"For a large retail company selling toxic products to individuals of color, I think it's so wrong. And these are illegal products," said Amira Adawe, founder of the BeautyWell Project, who has been educating women on the hazards of creams intended to lighten their skin for about eight years.
Amazon spokeswoman Cecilia Fan said sellers who use their site must follow the proper guidelines.
"And those who don't will be subject to action, including potential removal of their account. The products in question are no longer available," she said in an emailed statement Friday.
Fan also pointed out the company's policy that bans suppliers from selling hazardous products, including ones containing mercury.
On the same day of delivering the petition, the organizations also took out a full-page ad in a local newspaper demanding that the Seattle-based company stop selling toxic skin-lightening creams. The ad had three words in bold print: "Dangerous, racist, and illegal."
Many such creams remain popular among some communities of color despite containing mercury. Adawe, who has worked on this issue for years locally, is now focused on targeting the retail giants.
She collaborated with the Sierra Club, an environmental advocacy group, in addition to the Mercury Policy Project to examine the skin-lightening creams sold on the Amazon site. Out of the 24 that were tested, 15 showed high levels of mercury.
Such products are not heavily regulated despite having illegal toxins in them, said Mary Blitzer of the local Sierra Club branch.
Adawe said in addition to public health concerns, "it's a racial thing that keeps encouraging that people should change their skin color, and we don't want to see that."
She added that the ultimate test is whether the products remain off Amazon's site for good. As of Thursday evening, all but one of the 15 products appeared to be removed from the site.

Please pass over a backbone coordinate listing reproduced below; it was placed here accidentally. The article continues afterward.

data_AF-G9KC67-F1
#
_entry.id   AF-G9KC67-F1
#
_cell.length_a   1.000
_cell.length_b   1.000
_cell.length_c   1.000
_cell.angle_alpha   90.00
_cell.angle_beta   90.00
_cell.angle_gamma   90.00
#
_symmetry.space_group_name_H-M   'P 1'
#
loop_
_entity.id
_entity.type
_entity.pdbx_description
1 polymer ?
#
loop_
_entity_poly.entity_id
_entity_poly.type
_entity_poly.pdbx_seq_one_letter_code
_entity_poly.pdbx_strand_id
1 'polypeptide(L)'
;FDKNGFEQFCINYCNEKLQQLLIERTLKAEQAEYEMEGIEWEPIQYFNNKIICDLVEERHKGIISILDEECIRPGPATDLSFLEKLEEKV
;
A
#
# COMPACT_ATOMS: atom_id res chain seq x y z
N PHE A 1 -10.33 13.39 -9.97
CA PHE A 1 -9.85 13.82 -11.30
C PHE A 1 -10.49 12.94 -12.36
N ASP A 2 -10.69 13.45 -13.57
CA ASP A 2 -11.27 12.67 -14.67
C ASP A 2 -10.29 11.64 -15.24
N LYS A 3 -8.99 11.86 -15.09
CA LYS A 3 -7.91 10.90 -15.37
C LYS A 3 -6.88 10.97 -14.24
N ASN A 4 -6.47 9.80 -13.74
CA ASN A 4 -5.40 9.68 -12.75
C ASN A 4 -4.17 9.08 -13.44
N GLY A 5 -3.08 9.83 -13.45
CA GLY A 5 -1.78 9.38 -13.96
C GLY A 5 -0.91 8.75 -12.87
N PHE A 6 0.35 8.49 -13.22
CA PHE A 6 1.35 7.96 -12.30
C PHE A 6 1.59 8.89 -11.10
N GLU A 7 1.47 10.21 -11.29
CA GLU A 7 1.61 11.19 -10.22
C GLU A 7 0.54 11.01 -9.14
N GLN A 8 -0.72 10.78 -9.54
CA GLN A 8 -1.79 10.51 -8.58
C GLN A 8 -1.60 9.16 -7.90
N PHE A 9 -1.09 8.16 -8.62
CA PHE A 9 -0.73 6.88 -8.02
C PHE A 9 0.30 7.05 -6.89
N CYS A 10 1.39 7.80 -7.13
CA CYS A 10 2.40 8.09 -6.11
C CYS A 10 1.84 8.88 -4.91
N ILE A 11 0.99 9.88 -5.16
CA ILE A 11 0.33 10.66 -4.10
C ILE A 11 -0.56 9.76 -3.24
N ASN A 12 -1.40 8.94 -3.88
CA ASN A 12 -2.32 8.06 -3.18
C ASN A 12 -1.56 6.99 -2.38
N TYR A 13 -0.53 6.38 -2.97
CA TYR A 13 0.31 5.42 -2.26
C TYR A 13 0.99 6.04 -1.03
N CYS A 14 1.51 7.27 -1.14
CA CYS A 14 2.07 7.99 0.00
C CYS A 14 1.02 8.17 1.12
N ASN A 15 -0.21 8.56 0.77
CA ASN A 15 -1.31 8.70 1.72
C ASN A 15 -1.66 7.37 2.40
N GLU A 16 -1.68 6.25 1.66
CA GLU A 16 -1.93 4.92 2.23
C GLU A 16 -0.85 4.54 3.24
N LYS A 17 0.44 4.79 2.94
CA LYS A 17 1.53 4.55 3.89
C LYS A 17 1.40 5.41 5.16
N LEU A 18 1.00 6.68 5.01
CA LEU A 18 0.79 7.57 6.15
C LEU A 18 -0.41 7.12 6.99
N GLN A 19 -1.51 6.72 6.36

Hungary's National Blue Trail has been selected among National Geographic's best dream tourism destinations of 2020, local media reported here on Friday.
National Geographic picked the planet's 25 most exciting destinations for the year ahead, and Hungary's Blue Trail is among them, major Hungarian media Origo Index and HVG reported.
"Despite its lack of soaring peaks (the highest is 3,327-foot Mount Kekes), Hungary is a dream hiking destination thanks to the country's National Blue Trail," National Geographic said on its Travel website.
Meandering about 700 miles from Irottko Mountain, on the western border with Austria, to the northeastern village of Hollohaza near Slovakia, the Blue Trail (Kektura in Hungarian) is a wonderfully diverse web of paths labeled with white-and-blue-striped waymarkers, read the description on the National Geographic website.
"Originating in 1938 and recognized as Europe's first long-distance trail, it's part of the nearly 6,500-mile European long-distance walking route E4, which begins in Spain and ends (with ferry connections) in Cyprus," it added.
A three-day national art exhibition of ‘Team Obscure’ is going to take place at Gallery 27 in Dhanmondi 27 in the capital.
Obscure Artists of Bangladesh, a new group of artists, will organise the event from November 28-30, the organisation said in a statement.
The exhibition will remain open from 11am to 8pm every day.
World-renowned Bangladeshi calligrapher Mahbub Murshid will inaugurate the event as the chief guest on November 28 at 11am.
Intending to provide an organised platform and inspiration to the obscure artists of Bangladesh, a Facebook group has been set up.
The founder and admins of ‘Obscure Artist of Bangladesh’ are organising this national art exhibition along with the enthusiastic participation of the group members.
Founder of the group Mahfuzur Rahman said obscure artists must need space and platforms to display their extraordinary creativity.
“Our endeavours to inspire them to move forward,” he said.